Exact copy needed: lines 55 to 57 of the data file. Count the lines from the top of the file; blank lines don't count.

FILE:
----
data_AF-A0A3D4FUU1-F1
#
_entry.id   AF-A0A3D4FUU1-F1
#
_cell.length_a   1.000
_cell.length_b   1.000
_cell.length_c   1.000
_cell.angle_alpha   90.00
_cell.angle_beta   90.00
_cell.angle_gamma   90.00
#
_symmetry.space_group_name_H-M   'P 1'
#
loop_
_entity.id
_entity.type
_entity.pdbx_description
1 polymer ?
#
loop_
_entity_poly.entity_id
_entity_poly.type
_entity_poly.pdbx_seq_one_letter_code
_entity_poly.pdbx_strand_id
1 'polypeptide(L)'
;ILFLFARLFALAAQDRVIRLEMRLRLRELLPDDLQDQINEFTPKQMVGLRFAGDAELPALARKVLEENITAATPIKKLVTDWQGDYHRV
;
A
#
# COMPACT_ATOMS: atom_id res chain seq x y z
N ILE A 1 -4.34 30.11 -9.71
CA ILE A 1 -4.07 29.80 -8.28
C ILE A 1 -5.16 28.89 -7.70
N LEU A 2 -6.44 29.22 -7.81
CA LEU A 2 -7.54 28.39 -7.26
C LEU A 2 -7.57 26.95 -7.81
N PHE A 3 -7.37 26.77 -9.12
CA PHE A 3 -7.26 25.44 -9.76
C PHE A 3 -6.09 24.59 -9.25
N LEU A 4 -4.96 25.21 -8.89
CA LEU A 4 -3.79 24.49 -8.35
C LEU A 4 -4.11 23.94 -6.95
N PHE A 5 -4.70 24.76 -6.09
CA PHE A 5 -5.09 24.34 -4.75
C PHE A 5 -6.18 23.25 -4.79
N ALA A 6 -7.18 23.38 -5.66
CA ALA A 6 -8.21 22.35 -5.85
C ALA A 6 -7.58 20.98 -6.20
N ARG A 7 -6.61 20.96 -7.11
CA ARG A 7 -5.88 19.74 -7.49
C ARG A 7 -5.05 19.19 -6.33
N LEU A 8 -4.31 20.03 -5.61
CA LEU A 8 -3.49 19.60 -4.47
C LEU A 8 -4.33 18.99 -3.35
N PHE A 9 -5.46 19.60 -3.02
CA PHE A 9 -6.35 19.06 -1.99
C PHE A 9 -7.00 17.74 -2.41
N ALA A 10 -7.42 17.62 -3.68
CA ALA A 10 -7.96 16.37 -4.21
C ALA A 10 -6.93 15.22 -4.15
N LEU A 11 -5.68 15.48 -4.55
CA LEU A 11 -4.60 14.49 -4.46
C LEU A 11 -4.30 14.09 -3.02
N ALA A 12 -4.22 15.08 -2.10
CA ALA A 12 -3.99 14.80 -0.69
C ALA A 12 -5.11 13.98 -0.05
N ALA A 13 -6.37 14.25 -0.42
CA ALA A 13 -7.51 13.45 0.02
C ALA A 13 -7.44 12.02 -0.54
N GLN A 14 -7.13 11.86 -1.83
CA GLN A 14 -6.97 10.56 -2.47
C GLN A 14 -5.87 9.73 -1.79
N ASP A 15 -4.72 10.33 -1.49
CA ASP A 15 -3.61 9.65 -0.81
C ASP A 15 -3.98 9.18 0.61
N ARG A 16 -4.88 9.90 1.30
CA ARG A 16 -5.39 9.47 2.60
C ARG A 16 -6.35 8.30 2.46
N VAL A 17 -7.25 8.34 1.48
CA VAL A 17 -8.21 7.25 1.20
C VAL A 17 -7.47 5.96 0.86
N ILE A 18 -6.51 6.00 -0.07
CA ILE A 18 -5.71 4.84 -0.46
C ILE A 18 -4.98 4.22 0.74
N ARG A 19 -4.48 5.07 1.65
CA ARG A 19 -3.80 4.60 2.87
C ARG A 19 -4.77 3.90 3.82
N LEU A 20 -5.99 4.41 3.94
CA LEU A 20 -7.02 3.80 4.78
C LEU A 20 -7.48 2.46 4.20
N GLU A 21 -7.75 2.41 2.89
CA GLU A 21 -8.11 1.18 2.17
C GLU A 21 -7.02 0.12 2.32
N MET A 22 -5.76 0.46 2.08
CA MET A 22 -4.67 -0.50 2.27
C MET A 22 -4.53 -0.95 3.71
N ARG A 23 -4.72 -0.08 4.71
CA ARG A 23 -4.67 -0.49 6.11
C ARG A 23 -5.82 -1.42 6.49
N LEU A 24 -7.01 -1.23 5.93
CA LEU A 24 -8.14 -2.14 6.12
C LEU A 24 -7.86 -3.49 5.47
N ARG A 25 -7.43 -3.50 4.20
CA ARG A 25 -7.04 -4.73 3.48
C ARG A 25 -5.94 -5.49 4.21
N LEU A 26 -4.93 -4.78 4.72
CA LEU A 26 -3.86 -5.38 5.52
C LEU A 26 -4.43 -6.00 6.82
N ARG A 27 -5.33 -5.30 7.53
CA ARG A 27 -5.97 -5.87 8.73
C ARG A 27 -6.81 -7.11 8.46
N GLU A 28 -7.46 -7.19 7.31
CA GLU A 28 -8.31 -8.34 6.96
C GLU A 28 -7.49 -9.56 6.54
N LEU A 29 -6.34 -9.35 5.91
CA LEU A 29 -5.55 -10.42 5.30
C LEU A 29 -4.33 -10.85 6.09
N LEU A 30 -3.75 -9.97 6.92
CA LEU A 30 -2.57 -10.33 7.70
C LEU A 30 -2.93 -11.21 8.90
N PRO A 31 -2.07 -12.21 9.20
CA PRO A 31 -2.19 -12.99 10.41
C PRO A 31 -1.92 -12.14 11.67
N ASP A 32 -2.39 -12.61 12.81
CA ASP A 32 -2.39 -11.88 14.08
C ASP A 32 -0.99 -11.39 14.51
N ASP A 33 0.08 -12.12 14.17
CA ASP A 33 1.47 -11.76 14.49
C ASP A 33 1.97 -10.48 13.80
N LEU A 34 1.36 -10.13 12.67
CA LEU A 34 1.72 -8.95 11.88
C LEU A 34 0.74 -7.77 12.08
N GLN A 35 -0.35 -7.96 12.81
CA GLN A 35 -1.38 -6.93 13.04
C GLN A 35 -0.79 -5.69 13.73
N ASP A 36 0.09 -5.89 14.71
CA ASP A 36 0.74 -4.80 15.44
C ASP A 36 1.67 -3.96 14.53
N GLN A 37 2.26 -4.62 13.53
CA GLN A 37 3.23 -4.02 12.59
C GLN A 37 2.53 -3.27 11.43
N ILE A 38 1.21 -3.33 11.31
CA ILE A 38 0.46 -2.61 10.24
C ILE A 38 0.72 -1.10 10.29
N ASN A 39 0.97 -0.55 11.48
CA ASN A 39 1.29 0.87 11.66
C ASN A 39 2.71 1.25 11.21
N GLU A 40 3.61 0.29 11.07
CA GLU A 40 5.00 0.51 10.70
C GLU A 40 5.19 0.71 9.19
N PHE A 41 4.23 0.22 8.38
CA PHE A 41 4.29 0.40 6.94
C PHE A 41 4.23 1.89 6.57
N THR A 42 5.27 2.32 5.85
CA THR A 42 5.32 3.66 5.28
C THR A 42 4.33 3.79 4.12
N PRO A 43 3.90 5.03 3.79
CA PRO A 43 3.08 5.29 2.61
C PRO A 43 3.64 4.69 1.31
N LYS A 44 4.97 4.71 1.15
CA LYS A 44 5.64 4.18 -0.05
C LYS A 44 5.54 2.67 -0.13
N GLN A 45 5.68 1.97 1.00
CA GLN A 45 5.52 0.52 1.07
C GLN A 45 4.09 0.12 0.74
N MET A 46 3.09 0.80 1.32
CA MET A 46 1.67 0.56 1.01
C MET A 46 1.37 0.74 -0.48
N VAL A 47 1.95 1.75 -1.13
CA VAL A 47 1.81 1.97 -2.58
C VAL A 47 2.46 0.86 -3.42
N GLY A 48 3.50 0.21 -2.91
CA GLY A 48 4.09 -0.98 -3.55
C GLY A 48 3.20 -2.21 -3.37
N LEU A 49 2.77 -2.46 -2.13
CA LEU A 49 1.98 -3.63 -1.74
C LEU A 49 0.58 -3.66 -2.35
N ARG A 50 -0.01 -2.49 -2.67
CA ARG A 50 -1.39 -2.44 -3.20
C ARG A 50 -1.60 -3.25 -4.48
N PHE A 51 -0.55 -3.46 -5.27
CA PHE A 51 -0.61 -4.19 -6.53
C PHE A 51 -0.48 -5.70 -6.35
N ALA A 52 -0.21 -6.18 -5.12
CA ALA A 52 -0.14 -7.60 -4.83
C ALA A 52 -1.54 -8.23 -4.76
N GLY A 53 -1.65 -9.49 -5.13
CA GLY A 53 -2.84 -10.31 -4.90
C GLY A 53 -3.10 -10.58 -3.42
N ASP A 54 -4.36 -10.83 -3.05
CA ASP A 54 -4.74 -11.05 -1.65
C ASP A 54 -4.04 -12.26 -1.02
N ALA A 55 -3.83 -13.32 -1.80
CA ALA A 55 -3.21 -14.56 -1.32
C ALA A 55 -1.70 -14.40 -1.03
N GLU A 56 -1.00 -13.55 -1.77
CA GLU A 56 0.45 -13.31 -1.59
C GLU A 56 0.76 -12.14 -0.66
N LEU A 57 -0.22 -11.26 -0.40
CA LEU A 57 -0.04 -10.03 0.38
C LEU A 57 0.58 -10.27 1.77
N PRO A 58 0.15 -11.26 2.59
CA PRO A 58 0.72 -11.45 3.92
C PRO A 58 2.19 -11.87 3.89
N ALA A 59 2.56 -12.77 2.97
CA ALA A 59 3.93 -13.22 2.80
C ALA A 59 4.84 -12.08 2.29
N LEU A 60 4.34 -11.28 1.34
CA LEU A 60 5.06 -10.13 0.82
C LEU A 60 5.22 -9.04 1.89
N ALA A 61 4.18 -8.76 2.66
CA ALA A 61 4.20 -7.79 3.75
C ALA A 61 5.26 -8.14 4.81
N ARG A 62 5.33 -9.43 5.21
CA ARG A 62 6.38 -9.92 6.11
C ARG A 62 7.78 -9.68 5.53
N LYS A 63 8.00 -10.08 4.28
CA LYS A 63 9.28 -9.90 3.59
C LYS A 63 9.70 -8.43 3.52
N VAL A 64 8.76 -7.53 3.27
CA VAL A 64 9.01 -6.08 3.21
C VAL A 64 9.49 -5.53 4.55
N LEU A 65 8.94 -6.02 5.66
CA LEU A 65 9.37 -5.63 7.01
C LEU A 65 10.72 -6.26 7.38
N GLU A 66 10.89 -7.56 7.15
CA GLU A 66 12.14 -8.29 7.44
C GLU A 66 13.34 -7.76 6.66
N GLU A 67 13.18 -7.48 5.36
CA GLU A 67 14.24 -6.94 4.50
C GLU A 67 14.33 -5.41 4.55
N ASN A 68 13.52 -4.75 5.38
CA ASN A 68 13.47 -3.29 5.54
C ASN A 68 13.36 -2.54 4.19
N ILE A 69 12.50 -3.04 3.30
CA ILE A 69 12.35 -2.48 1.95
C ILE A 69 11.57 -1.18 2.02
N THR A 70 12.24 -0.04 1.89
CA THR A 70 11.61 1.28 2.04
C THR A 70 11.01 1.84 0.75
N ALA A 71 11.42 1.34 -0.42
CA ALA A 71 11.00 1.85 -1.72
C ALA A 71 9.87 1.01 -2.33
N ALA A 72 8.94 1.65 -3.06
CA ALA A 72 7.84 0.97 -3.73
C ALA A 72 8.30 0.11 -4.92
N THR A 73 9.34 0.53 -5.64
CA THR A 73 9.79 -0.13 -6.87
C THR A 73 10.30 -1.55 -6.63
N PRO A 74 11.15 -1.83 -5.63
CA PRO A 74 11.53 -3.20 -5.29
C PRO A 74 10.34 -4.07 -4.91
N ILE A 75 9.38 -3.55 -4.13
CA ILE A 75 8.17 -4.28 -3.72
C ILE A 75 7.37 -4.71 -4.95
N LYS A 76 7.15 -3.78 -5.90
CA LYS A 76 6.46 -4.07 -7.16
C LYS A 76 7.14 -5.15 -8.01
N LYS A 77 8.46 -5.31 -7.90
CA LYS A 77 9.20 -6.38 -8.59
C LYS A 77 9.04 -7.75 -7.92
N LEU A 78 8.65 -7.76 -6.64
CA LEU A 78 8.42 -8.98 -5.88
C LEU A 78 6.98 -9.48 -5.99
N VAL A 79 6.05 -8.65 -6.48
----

N PHE A 9 -5.46 19.60 -3.02
CA PHE A 9 -6.35 19.06 -1.99
C PHE A 9 -7.00 17.74 -2.41